1 MP. Become a Velociraptor.
I’m not sure that I need much more from a game, let alone a game which marks the resurrection of a beloved series thought dead.
Part of what I find so impressive about the game is the nostalgia, of course. An…event…occurs at one point, one which drives the spike of reminiscence deeply into the throbbing center of one’s skull. Combined with the music (which does loop a little more quickly than I’d like) and the existence of a “run mode” that you never have any cause to toggle off, this game touches the primal part of my brain that is always playing these games; the nascent Seth still buying TENT in bulk and hiding the cartridge from his little brother because pants knows my parents didn’t understand the concept of one save slot; the fauxstached Seth who broke parental-imposed limitations on SNES time, only to be found out when they spotted the telltale television glow creeping out of the basement window. Some kids spent their nights and weekends sneaking out to parties…I snuck a Chrono Trigger cartridge into the gray machine and ground out a few more Ruminants.
The game does buck some conventions, particularly by removing random encounters* and thus the possibility for grinding. Me, I love a grind. I can’t endure thirty seconds of silence in my living room without crawling up the walls, but I absolutely will slaughter the same half-dozen enemies a score of times while I make certain key numbers incrementally bigger. As I’m typing this I’m updating my Dungeons and Dragons Online client so that I can not only run a new character through the same early content, I can run the same character I already rolled on the test server through the exact same cavalcade of quests.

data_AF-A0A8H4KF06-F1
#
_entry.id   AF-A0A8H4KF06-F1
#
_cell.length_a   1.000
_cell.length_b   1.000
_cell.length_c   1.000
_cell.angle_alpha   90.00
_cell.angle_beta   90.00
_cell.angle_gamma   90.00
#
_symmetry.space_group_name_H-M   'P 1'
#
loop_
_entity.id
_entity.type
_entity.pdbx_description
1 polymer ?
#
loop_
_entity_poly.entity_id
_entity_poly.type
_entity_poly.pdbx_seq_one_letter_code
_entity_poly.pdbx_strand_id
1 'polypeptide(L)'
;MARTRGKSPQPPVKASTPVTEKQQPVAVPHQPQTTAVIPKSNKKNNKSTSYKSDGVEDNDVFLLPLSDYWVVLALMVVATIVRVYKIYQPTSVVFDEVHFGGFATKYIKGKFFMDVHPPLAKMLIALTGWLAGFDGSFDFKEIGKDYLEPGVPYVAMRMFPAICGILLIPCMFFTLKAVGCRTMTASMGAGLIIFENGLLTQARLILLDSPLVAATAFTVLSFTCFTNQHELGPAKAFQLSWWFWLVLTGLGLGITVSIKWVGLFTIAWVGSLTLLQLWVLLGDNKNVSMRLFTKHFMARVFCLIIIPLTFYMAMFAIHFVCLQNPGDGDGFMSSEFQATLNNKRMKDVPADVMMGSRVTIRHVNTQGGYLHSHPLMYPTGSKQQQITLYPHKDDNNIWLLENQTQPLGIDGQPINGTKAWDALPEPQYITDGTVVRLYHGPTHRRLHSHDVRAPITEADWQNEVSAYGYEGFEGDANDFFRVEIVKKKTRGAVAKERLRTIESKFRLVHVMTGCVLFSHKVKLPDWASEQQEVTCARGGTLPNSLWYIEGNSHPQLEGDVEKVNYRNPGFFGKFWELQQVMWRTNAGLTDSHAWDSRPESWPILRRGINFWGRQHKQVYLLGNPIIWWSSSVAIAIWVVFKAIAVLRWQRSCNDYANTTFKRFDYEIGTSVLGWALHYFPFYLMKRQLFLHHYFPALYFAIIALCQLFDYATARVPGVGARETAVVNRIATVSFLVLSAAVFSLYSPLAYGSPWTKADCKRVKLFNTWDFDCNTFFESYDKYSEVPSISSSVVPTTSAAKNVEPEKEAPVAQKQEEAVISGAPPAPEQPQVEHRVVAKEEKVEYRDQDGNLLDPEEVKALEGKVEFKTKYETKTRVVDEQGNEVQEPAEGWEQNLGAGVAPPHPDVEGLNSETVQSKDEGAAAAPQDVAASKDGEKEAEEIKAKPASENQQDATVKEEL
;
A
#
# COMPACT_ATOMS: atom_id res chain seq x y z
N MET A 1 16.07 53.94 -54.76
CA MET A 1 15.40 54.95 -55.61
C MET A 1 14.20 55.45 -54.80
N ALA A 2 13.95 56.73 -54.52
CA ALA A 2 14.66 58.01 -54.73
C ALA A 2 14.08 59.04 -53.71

Instead of a grind, the game provides you with an arena which gradually fills with enemies as you complete the game content. An enthusiastic bloodsporter loiters in the arena, offering you delicious prizes as you complete tiers of foes. Because of the dramatic jumps in enemy difficulty (some are too easy, others crush you if you go at them right when you’ve unlocked them), I didn’t find this area especially appropriate for leveling. However, it was a challenge I deeply wanted to dive into, and when I finally defeated the full 8 ranks of the arena, I most definitely expelled some triumphant profanity.
At which point they popped out a new boss, who has savaged me mercilessly the few times I took a run at her 160k hitpoints.
However, the biggest draw for me with this game is the innovation it applies to classes. Each of your characters has a class, with titles like “Scholar,” “Brute,” and “Necromaster.” These classes level at a reasonable rate, and fall into the categories you’d expect (“fighter”, “red mage,” “black mage”). However, you quickly unlock a series of “pins” which provide you with additional class options you can stack on top of your previous ones. These classes have names like “Cordwainer” (whose mastery of shoe-related attacks—seriously—allows swift actions and deadly sole-based walloping) and “Gentleman” (whose adjusted monocle increases magical power, and who eventually learns “Confucian Ideal” which made me feel my Master of Eastern Classics degree was totally worth it). You level these classes alongside your core ones, meaning you can run a Brute/Gentleman for all your Dr. Hyde fantasies—though honestly Hobo is a better fit there, as the deadly Hoboism debuff (a callback to earlier games) stacks with both bleeds and poison.
The classes also level independently of the characters, meaning you’re never punished for not having a pin equipped at a given time. Better still, classes level on the pins themselves, so you can grind up Gentleman on one character, then later swap the class to a different character while retaining both the abilities and the passive buffs.